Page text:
Ted Cruz's Closing Statement At The GOP Debate Wasn't The Miracle His Campaign Needed
He's not the lowest candidate in the Republican polls or delegate count by any means, but Texas Sen. Ted Cruz could need a miracle to win his party's nomination. Unfortunately for his campaign, Cruz's closing statement at Thursday's GOP debate in his home state was probably not that miracle. Given his home field advantage in Houston, it's not surprising that Cruz managed to get cheers and chants throughout the night, but his campaign likely still has plenty of work to do. In his closing statement, Cruz threw some shade at his biggest opponent, Donald Trump, and re-emphasized his priorities.
Washington deals are bankrupting this country, and there are several dealmakers on this stage.
Thursday's debate took place at the University of Houston, in front of a crowd that probably largely supported Cruz even before he announced his candidacy for president. So far, though, it doesn't seem like Republican voters elsewhere in the country support him as strongly. Cruz won the ever-important Iowa caucus at the start of the primary season, but he has failed to overcome his fellow candidates, including outspoken real estate mogul Trump and Florida Sen. Marco Rubio, in the other early contests. On Tuesday, Cruz lost to both Trump and Rubio in Nevada's GOP caucus. Just a few days earlier, he lost to them in South Carolina's primary. Now, it looks like he might not even be able to win over the Lone Star State when the Texas primary rolls around on Super Tuesday next week.
Despite his standing in the recent primaries, Cruz maintained his second-place podium on CNN's debate stage, sharing the center of the stage with Trump. This undoubtedly helped keep the focus on him throughout the night, but he didn't necessarily say anything to leave voters with a completely different opinion of him than when they tuned in. That's fine if he's trying to stay true to his beliefs (although his opponents will probably tell you that Cruz isn't good at staying true to anything), but his statements so far haven't elicited a winning reaction in many states.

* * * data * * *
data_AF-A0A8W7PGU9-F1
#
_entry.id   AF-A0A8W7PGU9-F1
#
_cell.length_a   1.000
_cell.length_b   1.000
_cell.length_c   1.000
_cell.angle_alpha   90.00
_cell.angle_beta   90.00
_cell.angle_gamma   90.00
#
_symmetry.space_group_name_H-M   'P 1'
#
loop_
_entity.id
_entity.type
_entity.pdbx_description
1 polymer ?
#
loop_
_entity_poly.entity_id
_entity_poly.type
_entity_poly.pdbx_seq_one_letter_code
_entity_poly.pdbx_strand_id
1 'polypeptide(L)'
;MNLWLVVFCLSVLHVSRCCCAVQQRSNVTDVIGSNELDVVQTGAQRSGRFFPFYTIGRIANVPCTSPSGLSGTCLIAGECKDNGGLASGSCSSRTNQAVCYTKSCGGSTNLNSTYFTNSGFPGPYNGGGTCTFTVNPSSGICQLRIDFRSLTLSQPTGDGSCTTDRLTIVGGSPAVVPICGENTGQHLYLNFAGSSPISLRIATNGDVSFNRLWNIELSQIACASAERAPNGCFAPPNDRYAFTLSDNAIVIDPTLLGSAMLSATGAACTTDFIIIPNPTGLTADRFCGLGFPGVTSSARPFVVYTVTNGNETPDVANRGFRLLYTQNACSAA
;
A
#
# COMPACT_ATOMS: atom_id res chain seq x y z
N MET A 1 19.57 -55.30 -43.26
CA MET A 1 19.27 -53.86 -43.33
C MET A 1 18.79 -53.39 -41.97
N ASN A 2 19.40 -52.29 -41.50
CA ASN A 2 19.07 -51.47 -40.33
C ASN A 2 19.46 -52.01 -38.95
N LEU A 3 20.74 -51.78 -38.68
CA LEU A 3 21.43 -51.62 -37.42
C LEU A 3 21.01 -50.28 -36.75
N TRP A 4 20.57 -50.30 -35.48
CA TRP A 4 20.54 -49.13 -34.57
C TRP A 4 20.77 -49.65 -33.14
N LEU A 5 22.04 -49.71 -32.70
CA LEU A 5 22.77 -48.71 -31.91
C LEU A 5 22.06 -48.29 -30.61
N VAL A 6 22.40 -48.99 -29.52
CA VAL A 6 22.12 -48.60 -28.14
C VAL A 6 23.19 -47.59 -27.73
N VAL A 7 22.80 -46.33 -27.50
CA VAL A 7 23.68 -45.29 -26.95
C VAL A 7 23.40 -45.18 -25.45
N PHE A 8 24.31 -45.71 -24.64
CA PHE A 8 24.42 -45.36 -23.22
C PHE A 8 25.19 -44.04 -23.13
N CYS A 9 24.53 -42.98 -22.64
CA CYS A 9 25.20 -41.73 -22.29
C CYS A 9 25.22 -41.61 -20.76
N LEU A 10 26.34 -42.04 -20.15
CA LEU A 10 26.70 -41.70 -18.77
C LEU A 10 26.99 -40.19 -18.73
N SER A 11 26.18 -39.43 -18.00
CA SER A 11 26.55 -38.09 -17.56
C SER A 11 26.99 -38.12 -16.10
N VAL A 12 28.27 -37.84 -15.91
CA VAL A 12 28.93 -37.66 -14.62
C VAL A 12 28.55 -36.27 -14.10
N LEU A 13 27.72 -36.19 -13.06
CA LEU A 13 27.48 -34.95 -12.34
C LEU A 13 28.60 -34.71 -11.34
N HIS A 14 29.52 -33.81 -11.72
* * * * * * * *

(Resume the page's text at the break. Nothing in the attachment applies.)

In highlighting the "Washington deals" that Cruz says have bankrupted America, Cruz clearly wanted to distance himself from everyone else on the stage, particularly Trump. Cruz and Trump have been compared often throughout the race because they're both considered Washington outsiders. Although Cruz is a senator, he's not your typical Republican, aligning more often with the ultra-conservative Tea Party.
In his closing statement, Cruz identified himself as the only candidate that has stood up to both parties in Washington, in what was surely an attempt to draw some of Trump's anti-establishment supporters onto his side. If it worked, Cruz may see his campaign make up some ground on Tuesday, as the so-called Super Tuesday primaries and caucuses occur across the country. If it didn't, he may quickly find himself falling too far behind in the race to catch back up.